Thursday, February 4, 2010

Franklin Mountain Trails

In my post a few days ago I talked about the trails in the Franklin Mountains, so I thought I might share with you some views of and views from these trails. I've been walking in the southwest side of the Franklin Mountains State Park, which, despite abutting west El Paso, is nowhere near any of the park's formal or maintained trails. As you can see from this view looking east to Gunsight Notch and South Mount Franklin, this is not territory through which you'd want to bushwhack. There are a lot of spiky plants--agave lechuguilla, Spanish dagger, prickly pear, yucca--and many thorny bushes whose names I do not know. The trails, such as they are, meander along the lower slopes and up into the canyons, where they peter out as dry stream beds.

Some of the trails are paths that people follow as they walk or bike. Others are disused and overgrown jeep tracks that were abandoned after they were used to place the poles for the power lines. In some places the trails have been washed out by torrents from downpours. In other places the trails just kind of end. That's where you figure out that you're simply the latest person to follow a hint of trail to the point where everyone has realized that it wasn't really a trail, with your footsteps in both directions just adding to the misleading trailness.

Yes, that's the trail--one side of an old jeep track heading up to the low point next to the shoulder of a bluff. When you get to the top, you earn a panoramic view of El Paso and Juarez extending to the southwest.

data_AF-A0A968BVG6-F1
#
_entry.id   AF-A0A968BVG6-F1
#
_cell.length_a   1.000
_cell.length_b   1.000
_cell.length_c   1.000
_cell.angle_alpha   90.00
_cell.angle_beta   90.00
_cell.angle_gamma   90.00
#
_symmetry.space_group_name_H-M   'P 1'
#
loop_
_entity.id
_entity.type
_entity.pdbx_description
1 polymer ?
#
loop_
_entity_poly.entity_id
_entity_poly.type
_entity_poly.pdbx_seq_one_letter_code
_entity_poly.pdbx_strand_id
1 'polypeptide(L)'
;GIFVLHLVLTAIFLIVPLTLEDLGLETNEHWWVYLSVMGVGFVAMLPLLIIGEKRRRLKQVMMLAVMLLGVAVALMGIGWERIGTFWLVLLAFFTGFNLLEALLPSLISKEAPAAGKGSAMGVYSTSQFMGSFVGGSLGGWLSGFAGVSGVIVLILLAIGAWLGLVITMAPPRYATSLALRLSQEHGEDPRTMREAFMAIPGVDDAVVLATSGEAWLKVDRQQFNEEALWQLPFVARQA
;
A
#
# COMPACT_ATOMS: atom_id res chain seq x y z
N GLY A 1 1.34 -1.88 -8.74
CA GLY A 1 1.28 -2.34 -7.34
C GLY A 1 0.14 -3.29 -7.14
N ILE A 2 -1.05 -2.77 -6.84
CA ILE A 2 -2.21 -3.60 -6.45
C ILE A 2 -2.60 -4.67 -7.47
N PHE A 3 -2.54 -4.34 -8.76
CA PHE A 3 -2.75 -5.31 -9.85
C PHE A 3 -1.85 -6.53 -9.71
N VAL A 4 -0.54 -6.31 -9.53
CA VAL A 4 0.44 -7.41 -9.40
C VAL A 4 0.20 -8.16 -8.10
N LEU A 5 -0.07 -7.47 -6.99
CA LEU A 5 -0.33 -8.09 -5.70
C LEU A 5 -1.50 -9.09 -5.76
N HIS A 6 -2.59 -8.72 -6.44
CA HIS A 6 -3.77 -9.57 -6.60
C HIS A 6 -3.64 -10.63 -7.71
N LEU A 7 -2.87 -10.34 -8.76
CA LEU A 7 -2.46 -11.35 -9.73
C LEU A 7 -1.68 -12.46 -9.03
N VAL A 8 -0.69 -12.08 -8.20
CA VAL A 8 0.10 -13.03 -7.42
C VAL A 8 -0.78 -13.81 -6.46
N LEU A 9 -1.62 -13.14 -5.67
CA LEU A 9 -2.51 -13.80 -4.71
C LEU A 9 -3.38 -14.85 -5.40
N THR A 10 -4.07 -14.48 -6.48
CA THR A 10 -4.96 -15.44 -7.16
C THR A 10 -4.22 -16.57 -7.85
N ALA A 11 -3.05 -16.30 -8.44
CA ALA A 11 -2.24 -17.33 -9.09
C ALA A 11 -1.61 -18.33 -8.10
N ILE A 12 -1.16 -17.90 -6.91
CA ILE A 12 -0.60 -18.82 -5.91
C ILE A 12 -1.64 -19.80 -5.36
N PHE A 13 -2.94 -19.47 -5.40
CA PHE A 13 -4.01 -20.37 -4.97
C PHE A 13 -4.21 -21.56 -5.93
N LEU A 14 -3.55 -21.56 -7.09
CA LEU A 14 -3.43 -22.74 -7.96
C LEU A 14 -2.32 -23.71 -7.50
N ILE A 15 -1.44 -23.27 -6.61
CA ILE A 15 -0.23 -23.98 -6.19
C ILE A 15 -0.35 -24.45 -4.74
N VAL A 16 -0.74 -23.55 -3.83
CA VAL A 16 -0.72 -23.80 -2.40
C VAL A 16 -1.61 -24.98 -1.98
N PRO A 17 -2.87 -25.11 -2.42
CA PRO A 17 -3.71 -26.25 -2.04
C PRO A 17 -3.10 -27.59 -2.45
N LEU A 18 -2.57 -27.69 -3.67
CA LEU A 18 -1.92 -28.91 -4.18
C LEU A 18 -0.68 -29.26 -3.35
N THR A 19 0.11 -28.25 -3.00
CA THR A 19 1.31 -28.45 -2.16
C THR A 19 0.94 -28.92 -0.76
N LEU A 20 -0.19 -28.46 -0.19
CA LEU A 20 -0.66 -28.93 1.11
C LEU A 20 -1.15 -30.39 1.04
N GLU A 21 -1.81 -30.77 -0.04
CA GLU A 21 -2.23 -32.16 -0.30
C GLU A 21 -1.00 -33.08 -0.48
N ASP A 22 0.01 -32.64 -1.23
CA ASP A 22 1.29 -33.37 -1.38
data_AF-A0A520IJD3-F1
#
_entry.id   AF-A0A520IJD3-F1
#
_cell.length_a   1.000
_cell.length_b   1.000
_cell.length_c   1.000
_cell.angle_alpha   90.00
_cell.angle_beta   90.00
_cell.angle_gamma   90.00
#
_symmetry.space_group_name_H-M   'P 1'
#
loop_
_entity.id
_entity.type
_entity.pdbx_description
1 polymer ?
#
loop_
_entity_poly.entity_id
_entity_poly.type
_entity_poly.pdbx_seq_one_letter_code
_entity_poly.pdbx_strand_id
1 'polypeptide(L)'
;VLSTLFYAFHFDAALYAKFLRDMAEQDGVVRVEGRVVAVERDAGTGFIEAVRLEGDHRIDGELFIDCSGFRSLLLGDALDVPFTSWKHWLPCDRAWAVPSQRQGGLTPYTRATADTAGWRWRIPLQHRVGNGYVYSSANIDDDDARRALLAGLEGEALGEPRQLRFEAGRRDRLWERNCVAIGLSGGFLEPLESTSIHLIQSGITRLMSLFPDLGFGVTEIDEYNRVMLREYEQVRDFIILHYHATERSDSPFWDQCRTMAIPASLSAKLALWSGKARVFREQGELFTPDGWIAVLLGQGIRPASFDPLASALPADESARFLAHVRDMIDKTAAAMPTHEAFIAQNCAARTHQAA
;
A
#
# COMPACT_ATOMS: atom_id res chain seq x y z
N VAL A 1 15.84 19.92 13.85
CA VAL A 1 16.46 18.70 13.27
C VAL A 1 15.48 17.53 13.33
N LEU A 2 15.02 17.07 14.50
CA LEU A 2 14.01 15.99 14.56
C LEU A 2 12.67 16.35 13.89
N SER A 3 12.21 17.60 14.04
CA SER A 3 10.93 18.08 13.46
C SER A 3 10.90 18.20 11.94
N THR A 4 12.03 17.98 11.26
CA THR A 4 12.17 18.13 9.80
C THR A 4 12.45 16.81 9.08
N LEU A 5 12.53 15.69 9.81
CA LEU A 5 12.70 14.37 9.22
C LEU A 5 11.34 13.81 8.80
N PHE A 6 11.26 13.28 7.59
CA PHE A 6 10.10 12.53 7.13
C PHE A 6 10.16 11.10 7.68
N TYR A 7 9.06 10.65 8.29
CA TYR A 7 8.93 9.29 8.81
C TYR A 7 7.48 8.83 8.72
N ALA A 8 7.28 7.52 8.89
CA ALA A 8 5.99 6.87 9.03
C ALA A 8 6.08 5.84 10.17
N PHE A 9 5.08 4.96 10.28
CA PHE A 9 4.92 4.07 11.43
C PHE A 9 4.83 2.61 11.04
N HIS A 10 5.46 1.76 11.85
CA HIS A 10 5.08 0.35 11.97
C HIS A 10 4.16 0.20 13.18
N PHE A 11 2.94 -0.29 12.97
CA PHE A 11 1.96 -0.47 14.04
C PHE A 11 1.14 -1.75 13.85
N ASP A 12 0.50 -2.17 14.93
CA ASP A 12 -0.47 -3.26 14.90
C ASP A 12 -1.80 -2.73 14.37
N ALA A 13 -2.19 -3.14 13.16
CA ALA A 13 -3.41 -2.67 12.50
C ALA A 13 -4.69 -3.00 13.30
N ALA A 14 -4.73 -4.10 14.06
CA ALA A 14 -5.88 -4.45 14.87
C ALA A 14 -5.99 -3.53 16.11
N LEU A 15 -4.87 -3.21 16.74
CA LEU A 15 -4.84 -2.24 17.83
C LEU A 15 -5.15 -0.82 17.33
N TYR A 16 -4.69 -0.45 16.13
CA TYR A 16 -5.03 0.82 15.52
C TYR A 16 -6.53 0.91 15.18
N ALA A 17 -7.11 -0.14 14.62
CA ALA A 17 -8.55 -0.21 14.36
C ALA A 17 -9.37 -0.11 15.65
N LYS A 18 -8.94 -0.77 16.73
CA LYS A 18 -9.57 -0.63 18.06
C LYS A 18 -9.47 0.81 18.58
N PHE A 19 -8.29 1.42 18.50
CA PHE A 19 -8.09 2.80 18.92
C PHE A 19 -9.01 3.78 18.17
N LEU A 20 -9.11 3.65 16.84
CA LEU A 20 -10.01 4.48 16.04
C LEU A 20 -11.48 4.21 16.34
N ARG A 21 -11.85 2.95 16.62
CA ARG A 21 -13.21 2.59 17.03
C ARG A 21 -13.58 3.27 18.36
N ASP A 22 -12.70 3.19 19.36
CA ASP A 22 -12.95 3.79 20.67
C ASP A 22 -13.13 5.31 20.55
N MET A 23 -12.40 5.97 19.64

To the left is about where UTEP is. The smokestacks of the old Asarco smelter stand along the Rio Grande. In the center, Mount Christo Rey rises along the Rio Grande right on the border. The stripes to the right of Mount Christo Rey are dirt streets in Anapra, a poor, dusty district on the edge of Ciudad Juarez. And Mexico's Juarez Mountains define the horizon. What amounts to a goat track (if we had goats here) heads right from the jeep track to the top of the bluff. In fact, the informal nature of the paths, combined with the rocky terrain, often makes it hard to spot trails at all.

This is the trail leading from a wash to the top of the bluff. It runs for a while over solid rock. The first time I was at this spot I missed seeing the trail entirely and walked right past it. I noticed, later, that someone had piled up a small cairn near the trail. As I explore and stay watchful, I'm beginning to piece together the outline of the trail network.

No comments:

Post a Comment